17 July 2016

Cardiff: pubs and their signs 1

It’s almost a year since I moved to Cardiff and I haven’t yet written a local pub signs blog – how can that be? There is certainly no shortage of old pubs or wonderful old pub signs, so without further ado, let’s have a cold one!




The Romilly, Canton
The pub sign shows the coat of arms of the Romilly family, their motto ‘Persevere’, and the note at the bottom reads: ‘Arms of Baron Romilly 1866-1905’. 

The Baron was the son of Sir Samuel Romilly, who bought most of the land where the south Wales coastal town of Barry now sits in 1812 and, in 1818, was granted the Manor of Llandaff by the contemporary Earl of Llandaff, Francis James Mathew. That Manor encompassed a large chunk of central Cardiff, including the area where the pub now sits, on Romilly Road.

Samuel’s son Sir John, who had served as Solicitor General and Attorney General of Britain, was created a baron in 1866, hence the date on the sign.

The pub, built in 1898, was initially a coach house. I haven’t been able to find out when it was transformed into a public house.



Black Lion, Llandaff
From Wikimedia Commons
Appropriately enough for a building that sits slap bang in the middle of the Cardiff suburb of Llandaff, this pub also has a connection to Francis James Mathew, who was Earl of Llandaff in the early 19th century. The pub’s name and the black lion shown on the pub’s sign – in heraldry-speak ‘Or, a lion rampant sable’ – are both taken from the Earl’s coat of arms. The image of the coat of arms shown at right is a memorial tablet in Llandaff Cathedral where there are effigies, dating from the 15th and 16th centuries, of three earlier members of the Mathews family. 

Though it looks old, the pub itself is not a listed building and probably only dates from around 1910. It originally had a shop operating next door, which later became an off-licence, before being incorporated into the public house itself. The Black Lion has had several name changes over the years, having been known as the Glamorgan Arms for a short period, and also, in the nineteenth century, when Sir Samuel Romilly was granted the Manor Llandaff (as mentioned above), it was called The Romilly in his honour. When Sir Sam sold the manor in 1852, the pub’s name was changed back to the Black Lion.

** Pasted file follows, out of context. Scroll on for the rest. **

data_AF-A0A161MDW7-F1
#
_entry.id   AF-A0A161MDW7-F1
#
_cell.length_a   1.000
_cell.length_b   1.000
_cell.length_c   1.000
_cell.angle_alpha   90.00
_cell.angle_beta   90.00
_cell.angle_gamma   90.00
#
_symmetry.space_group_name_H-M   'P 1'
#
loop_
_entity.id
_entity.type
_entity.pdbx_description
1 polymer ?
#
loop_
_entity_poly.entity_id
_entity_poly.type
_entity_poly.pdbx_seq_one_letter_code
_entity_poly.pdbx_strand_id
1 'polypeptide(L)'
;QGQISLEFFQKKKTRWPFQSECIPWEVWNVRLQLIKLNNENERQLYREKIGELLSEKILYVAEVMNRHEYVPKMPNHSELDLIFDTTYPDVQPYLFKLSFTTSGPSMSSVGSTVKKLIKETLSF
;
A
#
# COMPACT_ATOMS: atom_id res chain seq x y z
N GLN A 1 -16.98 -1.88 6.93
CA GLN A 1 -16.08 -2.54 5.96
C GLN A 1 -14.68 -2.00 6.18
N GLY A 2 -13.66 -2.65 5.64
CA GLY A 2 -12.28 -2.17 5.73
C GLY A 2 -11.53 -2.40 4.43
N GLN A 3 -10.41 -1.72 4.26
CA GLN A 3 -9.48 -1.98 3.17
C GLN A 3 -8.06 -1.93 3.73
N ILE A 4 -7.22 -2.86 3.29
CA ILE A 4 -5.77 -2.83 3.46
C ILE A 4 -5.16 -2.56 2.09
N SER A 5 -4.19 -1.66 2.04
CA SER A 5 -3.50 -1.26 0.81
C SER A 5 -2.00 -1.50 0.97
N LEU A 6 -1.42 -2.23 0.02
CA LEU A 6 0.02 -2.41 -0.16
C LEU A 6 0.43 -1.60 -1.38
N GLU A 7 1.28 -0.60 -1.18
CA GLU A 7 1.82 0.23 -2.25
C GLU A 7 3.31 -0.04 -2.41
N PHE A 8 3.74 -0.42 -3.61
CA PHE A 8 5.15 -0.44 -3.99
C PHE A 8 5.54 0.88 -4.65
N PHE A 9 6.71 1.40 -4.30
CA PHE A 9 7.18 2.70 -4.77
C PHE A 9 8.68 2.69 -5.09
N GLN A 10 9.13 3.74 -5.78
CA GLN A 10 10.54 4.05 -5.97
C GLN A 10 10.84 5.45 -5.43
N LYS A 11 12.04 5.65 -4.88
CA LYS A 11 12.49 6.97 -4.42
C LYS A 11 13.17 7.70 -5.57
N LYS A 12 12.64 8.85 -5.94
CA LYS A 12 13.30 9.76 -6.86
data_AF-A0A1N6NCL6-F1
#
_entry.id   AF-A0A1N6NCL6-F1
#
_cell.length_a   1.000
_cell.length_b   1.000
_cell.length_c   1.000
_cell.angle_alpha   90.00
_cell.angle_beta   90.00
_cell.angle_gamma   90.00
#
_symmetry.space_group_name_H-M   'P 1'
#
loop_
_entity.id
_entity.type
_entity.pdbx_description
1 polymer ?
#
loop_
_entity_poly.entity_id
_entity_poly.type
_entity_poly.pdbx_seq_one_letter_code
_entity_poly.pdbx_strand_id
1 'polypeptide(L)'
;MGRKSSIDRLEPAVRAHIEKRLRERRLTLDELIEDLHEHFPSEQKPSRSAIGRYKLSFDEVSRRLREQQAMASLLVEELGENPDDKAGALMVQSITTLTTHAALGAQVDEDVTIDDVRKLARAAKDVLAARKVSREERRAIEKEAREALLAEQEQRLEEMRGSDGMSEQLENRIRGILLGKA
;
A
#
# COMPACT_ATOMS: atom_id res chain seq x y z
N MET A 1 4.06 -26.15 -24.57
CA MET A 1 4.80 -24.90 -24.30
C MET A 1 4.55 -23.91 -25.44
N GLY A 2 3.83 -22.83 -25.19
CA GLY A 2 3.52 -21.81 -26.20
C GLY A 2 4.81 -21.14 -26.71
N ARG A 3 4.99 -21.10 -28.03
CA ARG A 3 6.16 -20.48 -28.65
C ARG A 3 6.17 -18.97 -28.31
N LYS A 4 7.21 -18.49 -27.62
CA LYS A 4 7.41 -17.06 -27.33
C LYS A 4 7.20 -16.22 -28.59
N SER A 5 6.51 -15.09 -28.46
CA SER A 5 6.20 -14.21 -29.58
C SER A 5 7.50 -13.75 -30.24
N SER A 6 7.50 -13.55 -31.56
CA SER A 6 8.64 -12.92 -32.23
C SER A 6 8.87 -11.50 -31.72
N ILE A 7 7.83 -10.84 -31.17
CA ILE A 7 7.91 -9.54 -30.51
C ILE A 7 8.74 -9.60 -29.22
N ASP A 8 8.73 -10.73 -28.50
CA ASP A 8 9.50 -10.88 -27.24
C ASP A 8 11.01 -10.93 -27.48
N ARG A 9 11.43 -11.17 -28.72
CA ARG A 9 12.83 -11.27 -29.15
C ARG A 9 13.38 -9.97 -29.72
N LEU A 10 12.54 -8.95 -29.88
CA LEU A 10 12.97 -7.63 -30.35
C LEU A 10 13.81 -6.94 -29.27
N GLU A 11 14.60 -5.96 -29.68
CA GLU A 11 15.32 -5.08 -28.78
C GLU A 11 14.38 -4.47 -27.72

Butcher’s Arms, Llandaff
Just up the road from the Black Lion is the Butcher’s Arms. The building only became a pub in 1880. Before that, as you might suspect from the name, it was a butcher shop, with a slaughterhouse out the back. The sign shows the arms of The Worshipful Company of Butchers, one of the ancient trade guilds that was first granted its licence by James I back in 1605. The motto, ‘Omnia subjecisti sub pedibus oves et boves’ is theirs too, and translates as ‘Thou hast put all things under his feet, all sheep and oxen’. Many of the mottos of the early guilds were taken from the Bible and this is no exception; it comes from Psalm 8 ‘A Psalm of David’, verses 6 and 7. The Arms of the Company were first granted by the College of Heralds in 1540 and show items representative of the butchery trade.